Bombay Art Deco Architecture-A Visual Journey 1930-1953 presents a treasury of Art Deco buildings comprising residential, commercial and public architecture created during the glamorous and optimistic era of the mid 1930s and 1940s. The architects, a small list of the first generation of modern Indian architects, were trained in western architectural traditions, if not actually in the West. These architects, influenced by the fashionable aesthetic current in Europe, were eager to imbue the city with a new modern style. That style shares its provenance with the Art Deco architecture of Miami Beach, termed Tropical Deco by Laura Cerwinske in her seminal 1981 book. Built in the same era, the Art Deco architecture of the two cities exhibits similar scale, geometry, tropical vocabulary, and love of romance.
Author Navin Ramani lived in Bombay for 21 years, in an Art Deco apartment building called Court View formerly owned by his grandparents. Much of his childhood was spent exploring his Deco-rich neighborhood. It was not until Ramani moved to Miami in 1989 and encountered the Miami Beach Art Deco District that he recognized the great architectural legacy of his hometown. But while that great treasury of Miami Beach hotels and apartments has been internationally recognized, nationally protected, and well documented, the larger assembly of Art Deco buildings in Bombay has, until now, been taken for granted. Bombay Art Deco Architecture provides an insightful exploration of its beauty and abundance.
An American originally from India, Navin Ramani, grew up in the city then called Bombay. He is a graduate of Sydenham College, University of Bombay and received a Masters of Business Administration from Babson College in Wellesley, Massachusetts.
Ramani's career in the United States has included collaborations with leading architects in India and Miami as a developer's project coordinator. He serves on the board of The Miami Design Preservation League, the organization responsible for listing of the Miami Beach Art Deco District in the National Register of Historic Places, and was co-chairman of the Art Deco Weekend Festival in 2005. he has led guided architectural tours of the Art Deco District since 2002, has lectured in Miami on Bombay's Art Deco style, and has been an honorary tour guide of Bombay's Art Deco architecture for the United Kingdom-based conservation organizations, the Cinema Theatre Association and The twentieth Century Society.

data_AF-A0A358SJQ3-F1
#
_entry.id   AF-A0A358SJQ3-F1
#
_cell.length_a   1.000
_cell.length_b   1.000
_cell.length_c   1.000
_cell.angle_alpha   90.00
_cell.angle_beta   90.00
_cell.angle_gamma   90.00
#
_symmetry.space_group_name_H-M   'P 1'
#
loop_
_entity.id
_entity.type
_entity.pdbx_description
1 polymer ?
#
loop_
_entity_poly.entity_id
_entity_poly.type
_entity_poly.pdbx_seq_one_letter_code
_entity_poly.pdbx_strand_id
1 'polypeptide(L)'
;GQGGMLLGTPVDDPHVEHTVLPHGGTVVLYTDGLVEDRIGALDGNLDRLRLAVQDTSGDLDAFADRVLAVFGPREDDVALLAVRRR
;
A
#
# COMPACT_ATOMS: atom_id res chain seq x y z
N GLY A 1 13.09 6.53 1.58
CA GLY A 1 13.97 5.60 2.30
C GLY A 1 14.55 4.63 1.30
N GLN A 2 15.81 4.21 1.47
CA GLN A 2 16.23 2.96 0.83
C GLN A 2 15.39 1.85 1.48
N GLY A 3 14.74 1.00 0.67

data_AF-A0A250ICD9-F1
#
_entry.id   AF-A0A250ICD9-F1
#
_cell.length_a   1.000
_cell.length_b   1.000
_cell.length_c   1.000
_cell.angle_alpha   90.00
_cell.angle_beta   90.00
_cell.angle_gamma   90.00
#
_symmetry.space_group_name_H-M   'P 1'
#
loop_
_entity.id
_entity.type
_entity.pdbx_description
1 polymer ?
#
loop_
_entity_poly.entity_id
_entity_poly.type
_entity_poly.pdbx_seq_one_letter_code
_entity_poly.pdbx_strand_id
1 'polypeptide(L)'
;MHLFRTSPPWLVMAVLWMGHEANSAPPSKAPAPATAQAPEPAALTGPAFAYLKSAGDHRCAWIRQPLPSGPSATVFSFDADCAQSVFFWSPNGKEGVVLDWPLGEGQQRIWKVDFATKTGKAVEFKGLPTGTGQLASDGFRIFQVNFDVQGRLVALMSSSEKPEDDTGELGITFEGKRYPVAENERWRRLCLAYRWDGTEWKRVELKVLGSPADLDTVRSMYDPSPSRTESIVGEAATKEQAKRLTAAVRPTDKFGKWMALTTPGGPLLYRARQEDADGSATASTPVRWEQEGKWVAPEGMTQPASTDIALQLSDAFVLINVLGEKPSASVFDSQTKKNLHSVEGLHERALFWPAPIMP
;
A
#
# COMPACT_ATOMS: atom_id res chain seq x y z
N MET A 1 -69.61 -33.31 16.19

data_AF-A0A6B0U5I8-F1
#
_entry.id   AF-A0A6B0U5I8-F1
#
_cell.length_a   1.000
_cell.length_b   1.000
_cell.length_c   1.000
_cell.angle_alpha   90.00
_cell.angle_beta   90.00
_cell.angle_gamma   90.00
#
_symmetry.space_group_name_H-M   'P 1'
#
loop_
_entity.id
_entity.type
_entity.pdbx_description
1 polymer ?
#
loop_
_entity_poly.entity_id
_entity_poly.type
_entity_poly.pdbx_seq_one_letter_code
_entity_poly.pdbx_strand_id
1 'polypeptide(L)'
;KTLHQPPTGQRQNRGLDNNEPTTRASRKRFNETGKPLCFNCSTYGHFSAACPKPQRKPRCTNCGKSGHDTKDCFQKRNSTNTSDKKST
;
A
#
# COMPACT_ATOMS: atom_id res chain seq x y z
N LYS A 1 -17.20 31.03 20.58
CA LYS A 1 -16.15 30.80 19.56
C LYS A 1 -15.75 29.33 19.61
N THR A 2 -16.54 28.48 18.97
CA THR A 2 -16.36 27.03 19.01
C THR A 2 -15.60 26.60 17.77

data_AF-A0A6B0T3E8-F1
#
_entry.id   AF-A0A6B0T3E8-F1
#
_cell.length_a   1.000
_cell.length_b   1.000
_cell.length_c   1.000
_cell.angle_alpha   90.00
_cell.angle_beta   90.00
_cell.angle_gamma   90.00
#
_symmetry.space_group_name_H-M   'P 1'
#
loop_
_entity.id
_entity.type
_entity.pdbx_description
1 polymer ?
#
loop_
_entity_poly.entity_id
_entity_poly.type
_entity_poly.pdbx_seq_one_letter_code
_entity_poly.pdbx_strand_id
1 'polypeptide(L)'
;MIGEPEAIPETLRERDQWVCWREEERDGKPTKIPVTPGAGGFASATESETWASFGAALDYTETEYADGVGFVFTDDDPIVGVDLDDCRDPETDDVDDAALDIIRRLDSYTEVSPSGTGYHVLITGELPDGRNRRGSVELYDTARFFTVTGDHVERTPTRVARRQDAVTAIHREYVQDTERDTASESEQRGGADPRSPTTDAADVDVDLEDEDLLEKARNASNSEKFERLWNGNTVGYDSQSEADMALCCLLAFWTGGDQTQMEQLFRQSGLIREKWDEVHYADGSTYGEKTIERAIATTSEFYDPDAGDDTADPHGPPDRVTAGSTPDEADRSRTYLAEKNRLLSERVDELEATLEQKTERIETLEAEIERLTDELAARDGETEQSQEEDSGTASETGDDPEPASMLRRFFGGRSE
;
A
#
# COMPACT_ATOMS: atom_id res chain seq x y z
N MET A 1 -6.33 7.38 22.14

A founding member of the Florida Chapter of The congress for The New Urbanism, Ramani also provided extensive research for the publication of A Guidebook to New Urbanism in Florida 2005.
Back Of The Book
Miami Beach and Bombay, two subtropical cities built on islands, both with large portions of their land reclaimed from the sea share a unique architectural kinship - ART DECO.
The Art Deco buildings of Bombay are rapidly being transformed by the exigencies of space and neglect. Navin Ramani's book awakens world attention to this treasury of Indian architecture and to the delights of the wonderful Art Deco movement in Bombay's history.
The design credits for a large majority of the buildings have been identified by the name of the firm or company to which the individual architect or designer responsible for the project was associated. An exception is made for credits attributed to Gajanan Baburao Mhatre, who from his early association with the firm of Poonegar and Billimoria played an instrumental role in its design commissions in addition to subsequently overseeing noteworthy designs for numerous buildings as a consulting architect.
Officially, Bombay has been known as Mumbai since 1996. in this book, the city is referred to as Bombay because the original name was still in use during the era of its architectural ascent in the 1930s.
The street addresses have been identified by the names in use during the era covered in the book. Their current Official names additionally appear in brackets. While every effort has been made to identify and match the current street addresses with their former names, an apology is made for any unintentional errors or omissions. Their notification to the publishers is welcome for any correction to be made in any subsequent reprint.
In this book the English is spelt in accordance with the language construction practised in England and India.
Lovers of Art Deco will be both delighted and surprised by this book. It reveals the extraordinary survival in Mumbai, still widely known as Bombay, of clusters of Art Deco office blocks, low-rise apartment buildings, hotels and cinemas dating from the last two.
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